Massive fertilizer plant explosion levels buildings in West, Texas

Authorities say more than 160 people injured in blast

Michael Ainsworth/The Dallas Morning News/AP

The town of West, Texas, population 2,849, awoke to a scene of horror after a large explosion at a fertilizer plant containing as much as 27 tons of anhydrous ammonia. The farm community near the city of Waco was built by Czech immigrants in the late 19th century and is still renowned for its kolaches and its smazeny syr. A fire started at the West Fertilizer Co. at around 7:29 p.m. local time Wednesday night, and what happened next is a mystery. Ammonia is typically stored as a refrigerated liquid, and material-safety sheets do not describe it a source of extreme explosion danger, but at ordinary atmospheric temperatures it boils and becomes a gas that can combust explosively in certain concentrations. It also seems possible that other fertilizers, more dangerous in the presence of fire, were stored at the site.

One way or another, the plant went up in a fireball about 24 minutes after the fire call, delivering a tremendous crack that resounded across north-central Texas. The blast was registered by the U.S. Geological Survey as the equivalent of an earthquake measuring 2.1 on the Richter scale. Authorities from West, Waco, and other communities in McLennan County are still going from house to house in the devastated northern half of the town, looking for survivors. At a press conference Thursday morning, West Mayor Tommy Mouska said that more than 160 people had been transported to area hospitals and there was still no word on exactly how many were killed. “I ask for your prayers,” Mouska said.

There are fears that as many as five volunteer firefighters may have been in or near the plant when the explosion hit; some EMS and police personnel are said to be unaccounted for; and shortly before 5 a.m. central time, a police spokesman gave a rough estimate, perhaps a lower bound, of “between five and 15 fatalities.” At that time, the latest count of the injured was 179, with 24 of those said to be in critical condition in nearby hospitals.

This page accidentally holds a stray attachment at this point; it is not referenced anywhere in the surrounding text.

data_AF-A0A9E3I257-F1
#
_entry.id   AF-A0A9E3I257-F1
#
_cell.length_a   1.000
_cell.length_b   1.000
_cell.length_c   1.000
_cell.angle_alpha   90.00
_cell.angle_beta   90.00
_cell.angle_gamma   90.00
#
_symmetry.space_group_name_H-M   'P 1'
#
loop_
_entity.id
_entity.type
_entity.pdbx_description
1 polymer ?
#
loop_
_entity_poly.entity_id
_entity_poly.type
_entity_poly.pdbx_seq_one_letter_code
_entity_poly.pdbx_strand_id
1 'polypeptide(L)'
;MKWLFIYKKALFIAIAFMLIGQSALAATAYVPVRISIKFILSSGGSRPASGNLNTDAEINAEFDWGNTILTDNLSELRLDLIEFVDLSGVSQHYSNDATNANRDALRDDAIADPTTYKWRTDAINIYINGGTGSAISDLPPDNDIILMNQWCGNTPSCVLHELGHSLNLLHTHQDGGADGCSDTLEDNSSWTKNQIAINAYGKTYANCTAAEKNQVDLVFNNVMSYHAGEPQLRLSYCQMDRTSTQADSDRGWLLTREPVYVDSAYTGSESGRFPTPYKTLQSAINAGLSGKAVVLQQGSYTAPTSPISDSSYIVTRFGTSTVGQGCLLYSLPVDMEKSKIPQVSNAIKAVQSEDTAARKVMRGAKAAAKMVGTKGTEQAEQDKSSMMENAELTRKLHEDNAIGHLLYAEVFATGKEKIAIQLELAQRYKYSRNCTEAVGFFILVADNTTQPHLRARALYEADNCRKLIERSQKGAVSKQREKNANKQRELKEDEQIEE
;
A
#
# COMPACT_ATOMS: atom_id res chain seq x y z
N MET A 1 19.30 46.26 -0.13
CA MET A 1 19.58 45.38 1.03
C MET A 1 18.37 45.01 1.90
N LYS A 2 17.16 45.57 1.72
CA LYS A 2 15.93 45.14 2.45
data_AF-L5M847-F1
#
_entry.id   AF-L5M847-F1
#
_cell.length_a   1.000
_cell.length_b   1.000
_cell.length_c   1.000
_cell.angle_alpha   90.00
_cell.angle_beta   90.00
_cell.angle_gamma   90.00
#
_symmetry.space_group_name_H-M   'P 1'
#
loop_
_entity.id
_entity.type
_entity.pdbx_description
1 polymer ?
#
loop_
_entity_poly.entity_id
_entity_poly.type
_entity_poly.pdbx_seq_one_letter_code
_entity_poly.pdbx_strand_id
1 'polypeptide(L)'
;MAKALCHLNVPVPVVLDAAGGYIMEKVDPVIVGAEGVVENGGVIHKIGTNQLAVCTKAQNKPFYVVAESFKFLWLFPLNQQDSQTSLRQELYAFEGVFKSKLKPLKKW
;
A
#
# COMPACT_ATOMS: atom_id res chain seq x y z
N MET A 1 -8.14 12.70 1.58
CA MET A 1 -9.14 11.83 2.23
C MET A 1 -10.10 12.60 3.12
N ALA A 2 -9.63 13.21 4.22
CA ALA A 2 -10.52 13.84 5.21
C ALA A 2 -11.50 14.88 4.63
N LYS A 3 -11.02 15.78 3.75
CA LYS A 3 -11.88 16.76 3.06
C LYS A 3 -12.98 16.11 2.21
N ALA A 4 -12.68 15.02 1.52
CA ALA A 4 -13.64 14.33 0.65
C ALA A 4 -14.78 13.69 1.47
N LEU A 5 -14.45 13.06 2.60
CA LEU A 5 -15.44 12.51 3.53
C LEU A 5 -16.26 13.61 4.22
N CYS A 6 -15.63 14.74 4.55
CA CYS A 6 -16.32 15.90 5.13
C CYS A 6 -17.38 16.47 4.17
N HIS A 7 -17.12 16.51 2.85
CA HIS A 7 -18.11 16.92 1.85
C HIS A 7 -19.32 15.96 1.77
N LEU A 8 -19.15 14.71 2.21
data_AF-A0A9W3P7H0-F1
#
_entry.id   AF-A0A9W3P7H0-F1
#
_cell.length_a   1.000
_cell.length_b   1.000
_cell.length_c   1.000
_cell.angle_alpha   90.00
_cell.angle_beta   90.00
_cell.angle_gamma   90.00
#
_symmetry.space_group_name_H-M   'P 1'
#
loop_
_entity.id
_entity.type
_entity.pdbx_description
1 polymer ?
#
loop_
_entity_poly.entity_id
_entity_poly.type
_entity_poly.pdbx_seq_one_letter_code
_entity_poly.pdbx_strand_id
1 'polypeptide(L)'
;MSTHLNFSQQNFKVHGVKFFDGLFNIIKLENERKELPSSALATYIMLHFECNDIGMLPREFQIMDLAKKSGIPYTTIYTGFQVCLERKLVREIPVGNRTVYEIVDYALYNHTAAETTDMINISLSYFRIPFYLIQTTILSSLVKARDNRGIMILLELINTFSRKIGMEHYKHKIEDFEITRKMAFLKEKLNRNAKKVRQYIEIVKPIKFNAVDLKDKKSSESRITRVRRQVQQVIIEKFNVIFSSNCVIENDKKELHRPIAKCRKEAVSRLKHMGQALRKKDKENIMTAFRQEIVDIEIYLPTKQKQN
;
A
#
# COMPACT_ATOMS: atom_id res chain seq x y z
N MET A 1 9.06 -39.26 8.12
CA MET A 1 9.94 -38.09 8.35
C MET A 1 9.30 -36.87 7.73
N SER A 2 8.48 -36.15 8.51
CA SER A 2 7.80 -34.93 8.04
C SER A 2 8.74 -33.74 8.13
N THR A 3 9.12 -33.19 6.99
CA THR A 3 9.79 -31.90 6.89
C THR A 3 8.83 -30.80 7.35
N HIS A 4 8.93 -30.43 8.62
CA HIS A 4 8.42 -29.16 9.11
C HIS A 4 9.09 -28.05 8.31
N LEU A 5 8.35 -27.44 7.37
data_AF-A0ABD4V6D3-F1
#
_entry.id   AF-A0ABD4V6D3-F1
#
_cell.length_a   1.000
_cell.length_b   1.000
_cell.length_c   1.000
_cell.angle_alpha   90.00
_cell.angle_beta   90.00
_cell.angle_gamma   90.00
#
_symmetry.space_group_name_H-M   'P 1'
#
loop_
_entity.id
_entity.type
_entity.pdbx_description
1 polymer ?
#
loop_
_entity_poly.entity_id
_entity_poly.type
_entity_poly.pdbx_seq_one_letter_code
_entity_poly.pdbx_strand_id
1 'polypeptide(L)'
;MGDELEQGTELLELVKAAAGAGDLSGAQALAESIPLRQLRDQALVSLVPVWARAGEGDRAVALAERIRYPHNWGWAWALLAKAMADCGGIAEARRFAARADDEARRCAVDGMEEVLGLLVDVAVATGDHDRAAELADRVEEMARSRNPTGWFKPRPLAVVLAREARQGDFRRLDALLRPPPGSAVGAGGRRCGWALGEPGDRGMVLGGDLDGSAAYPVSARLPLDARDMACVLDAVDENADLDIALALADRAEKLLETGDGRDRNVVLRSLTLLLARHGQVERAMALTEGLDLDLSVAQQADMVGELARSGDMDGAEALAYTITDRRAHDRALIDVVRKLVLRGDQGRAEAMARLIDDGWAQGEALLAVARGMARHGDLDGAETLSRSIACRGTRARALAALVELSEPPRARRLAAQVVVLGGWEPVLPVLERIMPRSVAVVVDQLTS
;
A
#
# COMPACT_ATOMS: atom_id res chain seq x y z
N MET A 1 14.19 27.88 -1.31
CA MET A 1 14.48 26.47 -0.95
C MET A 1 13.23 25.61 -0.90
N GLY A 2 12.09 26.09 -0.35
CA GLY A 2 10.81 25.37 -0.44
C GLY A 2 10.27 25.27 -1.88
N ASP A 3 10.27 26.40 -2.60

Remarkably, the destruction could have been much worse. A seniors’ home facing the fertilizer plant had its façade obliterated, but a quick-thinking EMS doctor had perceived the danger and moved the residents around the back in time to save them. Mouska confirmed Thursday morning that all of the residents in the nursing home were safe.

There are also concerns that a storm moving into the area could bring high winds, which could spread the existing fire and make it more difficult for firefighters to control.

Compounds that yield up nitrogen easily to the soil are prone to explosion for the same molecular reasons, and humans learned some horrifying lessons along the way to figuring out how to make and store those compounds safely. The German city of Oppau learned one in 1921; Nixon, New Jersey learned one in 1924; and the port of Texas City had a particularly frightful one in 1947—by a curious coincidence, on April 16.

Recommended resources for live updates include the Waco Tribune-Herald, the region’s newspaper of record, and ABC News’s page devoted to the story. The best bet for semi-intelligent TV coverage is probably MSNBC.

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